Despite population soaring to nearly 1 million by 2045, people will get to museums or federal government jobs “with minimal delays and without loss of life,” according to the city’s proposal.
“Vehicles are routed around incidents and major events automatically, without the operator even realizing. Infrastructure is maintained in top condition because of automated feedback from roads, traffic signals, and transit vehicles,” it reads.
John Thomas, a top official at the District’s Department of Transportation, said the city’s plan now is to “go back to this document, tear it down, and look at the individual pieces that make sense.”
Planners want to develop a phone app that would tap real-time congestion information to offer transit discounts. Would-be drivers would receive enticements during particularly severe traffic snarls, say during a Colts game.
“The app will automatically say, ‘Take IndyGo now, and you save a dollar on your fare,’” said Brad Beaubien, a long-range planner with the city, using the name of the local transit service.
Officials also want to morph their existing car-share program – which has pre-determined pick-up and drop-off points at the airport, downtown and other locations – into a self-driving system.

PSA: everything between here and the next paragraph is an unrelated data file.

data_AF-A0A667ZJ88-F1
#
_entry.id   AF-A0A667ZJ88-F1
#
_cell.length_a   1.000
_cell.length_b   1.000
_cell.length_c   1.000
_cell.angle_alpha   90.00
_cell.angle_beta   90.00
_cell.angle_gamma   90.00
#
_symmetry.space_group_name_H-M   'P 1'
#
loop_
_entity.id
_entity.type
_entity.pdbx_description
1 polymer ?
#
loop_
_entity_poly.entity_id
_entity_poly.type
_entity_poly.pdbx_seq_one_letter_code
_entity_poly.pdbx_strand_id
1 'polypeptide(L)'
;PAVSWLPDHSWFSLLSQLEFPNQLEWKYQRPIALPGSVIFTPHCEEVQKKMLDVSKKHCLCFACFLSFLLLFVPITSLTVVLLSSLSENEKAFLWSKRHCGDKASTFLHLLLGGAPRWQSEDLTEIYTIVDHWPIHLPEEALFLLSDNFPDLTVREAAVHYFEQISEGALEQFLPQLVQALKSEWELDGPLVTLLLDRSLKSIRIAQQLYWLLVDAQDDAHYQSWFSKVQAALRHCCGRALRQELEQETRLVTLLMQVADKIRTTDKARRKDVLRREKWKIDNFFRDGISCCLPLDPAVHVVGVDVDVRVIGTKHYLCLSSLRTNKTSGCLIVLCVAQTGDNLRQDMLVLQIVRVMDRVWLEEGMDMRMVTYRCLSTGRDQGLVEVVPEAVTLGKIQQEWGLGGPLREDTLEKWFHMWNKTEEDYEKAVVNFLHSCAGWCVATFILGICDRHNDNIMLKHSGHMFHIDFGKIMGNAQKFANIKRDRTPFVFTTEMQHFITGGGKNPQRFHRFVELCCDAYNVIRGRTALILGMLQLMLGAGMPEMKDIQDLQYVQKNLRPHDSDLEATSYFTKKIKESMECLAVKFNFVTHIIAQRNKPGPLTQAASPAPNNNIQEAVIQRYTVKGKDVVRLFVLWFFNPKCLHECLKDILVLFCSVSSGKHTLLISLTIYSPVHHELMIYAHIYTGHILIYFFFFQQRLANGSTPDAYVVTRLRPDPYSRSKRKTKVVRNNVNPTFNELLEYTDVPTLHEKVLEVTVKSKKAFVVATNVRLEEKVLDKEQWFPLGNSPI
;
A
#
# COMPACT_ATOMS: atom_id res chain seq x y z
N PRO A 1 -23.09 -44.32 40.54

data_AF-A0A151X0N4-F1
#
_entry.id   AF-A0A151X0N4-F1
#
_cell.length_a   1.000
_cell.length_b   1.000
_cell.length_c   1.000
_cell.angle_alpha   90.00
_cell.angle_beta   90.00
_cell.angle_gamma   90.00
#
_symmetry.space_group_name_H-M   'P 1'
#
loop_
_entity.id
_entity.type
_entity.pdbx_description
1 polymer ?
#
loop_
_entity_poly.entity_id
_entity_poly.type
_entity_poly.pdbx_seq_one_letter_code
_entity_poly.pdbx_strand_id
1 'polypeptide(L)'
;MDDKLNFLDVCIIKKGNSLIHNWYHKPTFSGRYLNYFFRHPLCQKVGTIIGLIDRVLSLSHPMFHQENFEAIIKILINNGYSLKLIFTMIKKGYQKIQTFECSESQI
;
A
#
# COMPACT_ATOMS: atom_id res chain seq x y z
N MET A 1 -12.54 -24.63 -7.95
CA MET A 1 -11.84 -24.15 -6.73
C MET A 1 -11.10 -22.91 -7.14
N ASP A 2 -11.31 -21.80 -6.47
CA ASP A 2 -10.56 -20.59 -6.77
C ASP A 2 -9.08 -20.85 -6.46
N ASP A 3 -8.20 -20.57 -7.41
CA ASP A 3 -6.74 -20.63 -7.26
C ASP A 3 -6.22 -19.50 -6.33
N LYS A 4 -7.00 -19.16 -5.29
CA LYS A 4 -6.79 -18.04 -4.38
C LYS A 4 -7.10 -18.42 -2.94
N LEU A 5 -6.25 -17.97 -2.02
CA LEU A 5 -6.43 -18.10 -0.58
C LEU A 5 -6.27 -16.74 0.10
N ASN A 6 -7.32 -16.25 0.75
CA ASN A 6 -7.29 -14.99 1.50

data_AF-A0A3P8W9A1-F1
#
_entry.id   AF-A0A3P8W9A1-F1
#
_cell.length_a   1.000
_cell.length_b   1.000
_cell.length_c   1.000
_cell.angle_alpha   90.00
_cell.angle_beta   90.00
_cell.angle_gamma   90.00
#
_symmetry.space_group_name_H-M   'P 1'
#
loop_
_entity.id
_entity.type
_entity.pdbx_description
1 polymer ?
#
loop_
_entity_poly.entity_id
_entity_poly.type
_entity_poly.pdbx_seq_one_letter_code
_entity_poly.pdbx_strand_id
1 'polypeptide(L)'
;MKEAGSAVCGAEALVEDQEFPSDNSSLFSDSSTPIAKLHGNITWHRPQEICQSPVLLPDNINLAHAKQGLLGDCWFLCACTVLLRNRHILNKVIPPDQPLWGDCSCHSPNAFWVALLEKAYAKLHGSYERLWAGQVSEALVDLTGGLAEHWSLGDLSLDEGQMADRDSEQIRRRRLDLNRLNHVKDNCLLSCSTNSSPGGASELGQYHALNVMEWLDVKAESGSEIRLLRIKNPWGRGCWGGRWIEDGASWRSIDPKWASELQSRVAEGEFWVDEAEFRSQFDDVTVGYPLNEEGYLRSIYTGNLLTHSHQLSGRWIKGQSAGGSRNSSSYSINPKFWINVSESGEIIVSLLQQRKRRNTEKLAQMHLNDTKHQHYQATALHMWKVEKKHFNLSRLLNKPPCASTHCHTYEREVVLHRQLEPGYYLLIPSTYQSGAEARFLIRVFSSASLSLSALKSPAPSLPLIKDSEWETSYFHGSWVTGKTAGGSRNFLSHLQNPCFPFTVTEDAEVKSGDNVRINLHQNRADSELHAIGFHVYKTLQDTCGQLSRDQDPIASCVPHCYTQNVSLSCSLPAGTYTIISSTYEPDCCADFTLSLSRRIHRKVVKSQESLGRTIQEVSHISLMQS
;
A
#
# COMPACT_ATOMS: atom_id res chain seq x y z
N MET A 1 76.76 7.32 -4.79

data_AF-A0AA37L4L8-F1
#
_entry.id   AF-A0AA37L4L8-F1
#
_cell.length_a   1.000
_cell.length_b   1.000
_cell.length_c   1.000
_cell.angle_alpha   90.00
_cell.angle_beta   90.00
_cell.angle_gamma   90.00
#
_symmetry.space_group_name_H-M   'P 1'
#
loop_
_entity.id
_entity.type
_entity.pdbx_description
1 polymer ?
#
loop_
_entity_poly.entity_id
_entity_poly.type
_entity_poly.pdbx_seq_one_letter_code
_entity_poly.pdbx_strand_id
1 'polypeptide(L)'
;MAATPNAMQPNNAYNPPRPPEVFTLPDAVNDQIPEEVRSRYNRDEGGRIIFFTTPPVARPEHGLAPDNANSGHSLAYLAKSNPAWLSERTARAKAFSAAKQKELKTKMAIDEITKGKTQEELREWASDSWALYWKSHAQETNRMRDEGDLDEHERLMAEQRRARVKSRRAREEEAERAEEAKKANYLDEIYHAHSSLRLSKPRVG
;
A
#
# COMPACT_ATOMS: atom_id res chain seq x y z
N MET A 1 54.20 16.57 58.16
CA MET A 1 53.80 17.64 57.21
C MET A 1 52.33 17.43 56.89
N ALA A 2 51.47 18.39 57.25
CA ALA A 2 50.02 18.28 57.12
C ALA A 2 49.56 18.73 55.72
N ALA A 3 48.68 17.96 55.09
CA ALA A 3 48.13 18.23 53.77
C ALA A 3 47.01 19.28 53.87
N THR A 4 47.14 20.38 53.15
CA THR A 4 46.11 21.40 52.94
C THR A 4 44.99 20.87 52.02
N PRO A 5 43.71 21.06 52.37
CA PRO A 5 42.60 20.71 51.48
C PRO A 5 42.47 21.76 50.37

“You can stay in the car and say, ‘Take me to this hotel downtown,’ and it’ll drive you there,” Beaubien said.
As a step in that direction, they want their coming fleet of battery-powered electric buses to use “automated docking” when they come to a station.
“The driver would pull in, then it would glide more like a train,” said Meredith Klekotka, a transportation integration planner.
Addressing traffic deaths, which total about 45 a year, is a key goal.
Planners want to install street sensors in retail areas and near schools that will alert cars when people are in the road. Crash avoidance systems would kick in to save lives.
“City leaders envision a parent not worrying about a child crossing the street,” they wrote.
Same with a grandmother trying to park at her favorite café in winter. Her car could park itself away from icy sidewalks, and allow family members to check up on her. The proposal was inspired by a woman in her 80s, who was struck and killed in similar circumstances.
Viplava Putta, a regional transportation planner, said channeling funds toward technology improvements makes sense given the vast costs of even ordinary fixes.
“$45 million could get you one mile of expansion of a highway. Instead of doing that, we want to do things that would enable people to flow the same kind of traffic in a much more intelligent way,” Putta said.
He’s also eager to borrow from his former competitors’ proposals.
“We would like to see what rises to the top in each of the cities,” Putta said. If Detroit is doing something smart, Tulsa can grab pieces of that, and vice versa, he said. “The best form of flattery is to simply copy it.”
Brian Fung contributed to this report.